Mythology attributes to Hesperis and Atlas the progeny of three daughters who hold the patronage of the Citrus: Arethusa, the lemon tree; Aeglen, the citron, and Hespertusa, the orange tree.
From the most remote antiquity, citrus fruit trees have been admired for their different qualities, reaching abundant legends and fables, described to enhance the properties attributed to them. When referring to the lemon, it is worth mentioning the fable told by Athenaios, in relation to the tortures applied by Clearco of Heraclea, who imposed death by snake bite on his victims, and who was surprised and amazed to see that some of the condemned had escaped death by ingesting lemon juice, obtained from some fruits that were offered to them by a charitable soul when they went to the place of the torture.
Although there are serious doubts as to the exact place of origin of the lemon tree, the general idea is to designate its origin in Southeast Asian countries and Malaysia.
In wall paintings from Pompeii and in elements from Roman tombs there is confirmation that the lemon was already known in the Roman Empire. However, the first allusion to the lemon tree in a literary text is found in Ibn Washshiyah’s “Nabataean Agriculture” from the beginning of the 10th century, where it is referred to with the Persian word “limun”. Quotations from the Arab geographers Istakhrí and Ibn Haukal date from this same period, mentioning the existence in India of a very sour fruit which they identify with the name ‘limunah’.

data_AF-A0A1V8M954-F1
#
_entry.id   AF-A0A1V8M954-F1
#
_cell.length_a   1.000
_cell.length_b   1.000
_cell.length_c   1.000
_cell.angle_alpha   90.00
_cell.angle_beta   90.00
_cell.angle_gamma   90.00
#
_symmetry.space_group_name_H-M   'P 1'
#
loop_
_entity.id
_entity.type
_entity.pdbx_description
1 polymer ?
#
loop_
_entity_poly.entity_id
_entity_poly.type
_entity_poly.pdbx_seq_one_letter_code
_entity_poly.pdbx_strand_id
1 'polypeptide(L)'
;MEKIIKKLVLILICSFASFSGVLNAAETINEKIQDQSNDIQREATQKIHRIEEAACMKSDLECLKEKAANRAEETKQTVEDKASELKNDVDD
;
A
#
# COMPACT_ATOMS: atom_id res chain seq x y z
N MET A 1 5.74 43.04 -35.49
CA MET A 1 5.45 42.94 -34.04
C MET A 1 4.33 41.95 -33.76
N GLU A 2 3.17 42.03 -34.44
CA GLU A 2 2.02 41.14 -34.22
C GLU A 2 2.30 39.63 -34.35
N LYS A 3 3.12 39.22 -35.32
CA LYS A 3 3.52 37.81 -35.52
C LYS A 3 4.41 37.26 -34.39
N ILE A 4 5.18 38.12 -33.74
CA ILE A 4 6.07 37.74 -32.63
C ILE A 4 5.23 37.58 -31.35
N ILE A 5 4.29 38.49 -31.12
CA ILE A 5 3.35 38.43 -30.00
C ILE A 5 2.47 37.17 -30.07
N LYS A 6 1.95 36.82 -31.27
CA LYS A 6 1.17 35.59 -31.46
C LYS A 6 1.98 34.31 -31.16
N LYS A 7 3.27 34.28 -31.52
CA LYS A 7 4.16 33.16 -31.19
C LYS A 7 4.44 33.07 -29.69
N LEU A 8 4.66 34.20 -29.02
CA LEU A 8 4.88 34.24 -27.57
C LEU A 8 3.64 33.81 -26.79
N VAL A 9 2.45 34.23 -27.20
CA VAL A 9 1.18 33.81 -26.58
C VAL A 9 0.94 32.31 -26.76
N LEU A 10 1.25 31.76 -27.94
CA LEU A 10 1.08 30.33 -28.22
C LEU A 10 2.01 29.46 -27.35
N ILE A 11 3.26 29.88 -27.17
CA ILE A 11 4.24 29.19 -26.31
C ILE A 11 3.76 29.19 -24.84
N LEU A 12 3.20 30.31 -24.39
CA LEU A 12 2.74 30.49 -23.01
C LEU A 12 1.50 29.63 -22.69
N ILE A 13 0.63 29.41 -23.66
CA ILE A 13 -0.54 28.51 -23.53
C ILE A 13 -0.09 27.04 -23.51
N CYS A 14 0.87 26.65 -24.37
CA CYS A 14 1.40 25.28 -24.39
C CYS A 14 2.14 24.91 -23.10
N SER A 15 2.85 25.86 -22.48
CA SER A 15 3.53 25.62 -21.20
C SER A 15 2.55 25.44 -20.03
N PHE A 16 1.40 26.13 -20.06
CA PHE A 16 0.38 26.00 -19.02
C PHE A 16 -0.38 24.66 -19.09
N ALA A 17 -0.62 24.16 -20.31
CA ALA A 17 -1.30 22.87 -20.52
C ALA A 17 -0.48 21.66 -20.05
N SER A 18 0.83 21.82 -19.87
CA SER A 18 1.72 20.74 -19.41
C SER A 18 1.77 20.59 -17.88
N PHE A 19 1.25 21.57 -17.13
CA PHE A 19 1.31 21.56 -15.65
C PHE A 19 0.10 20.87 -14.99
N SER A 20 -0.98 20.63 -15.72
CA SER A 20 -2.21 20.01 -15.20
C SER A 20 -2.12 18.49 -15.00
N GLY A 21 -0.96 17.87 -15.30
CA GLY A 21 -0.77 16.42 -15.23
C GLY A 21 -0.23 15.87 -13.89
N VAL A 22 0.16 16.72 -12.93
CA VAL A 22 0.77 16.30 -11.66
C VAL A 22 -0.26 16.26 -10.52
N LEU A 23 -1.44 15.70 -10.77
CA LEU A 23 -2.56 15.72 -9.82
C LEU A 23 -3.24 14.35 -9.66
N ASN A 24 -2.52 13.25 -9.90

Despite its eastern origin, according to Laufer, the first reference to the lemon in China was made by Fan Ch’eng-ta, who describes the fruit in his ‘Kwei hay yü heng’, in the second half of the 12th century. At the same time, in 1178, Chou K’ü-fei, in “Ling waitai ta”, reported that it was known by the population of Canton, indicating that it came from South Asian countries and, of course, was of foreign origin to China, since the word with which it was known, “li-mung”, did not correspond to the language of the country.
Lemon in Spain
The introduction of the lemon tree and its cultivation in Spain is due to the Arabs, as witnessed by the treatises of two important Andalusian authors. Ibn-al-Awam, in his “Libro de Agricultura”, written in the second half of the 12th century, gives a detailed description of the procedures for the multiplication and cultivation of the lemon tree and other citrus fruits, so it can be deduced that these were perfectly known fruit trees at that time. Ibn-el-Beithar, around the same time, offers us his “Dictionary of Simple Remedies”, in which he reflects the most outstanding properties with reference to lemon juice, exalting its healing properties in the form of an embrocation, and offering different formulas for its application and use.
At the beginning of the Modern Age, it was already important to spread it throughout the Levant, the Southeast and Andalusia; although it was used as an ornamental tree, it is precisely at this time that the use of its fruits began. And it was in the 19th century, when transport became easier, that production began to increase sharply, encouraging the transformation of dry land into irrigated land.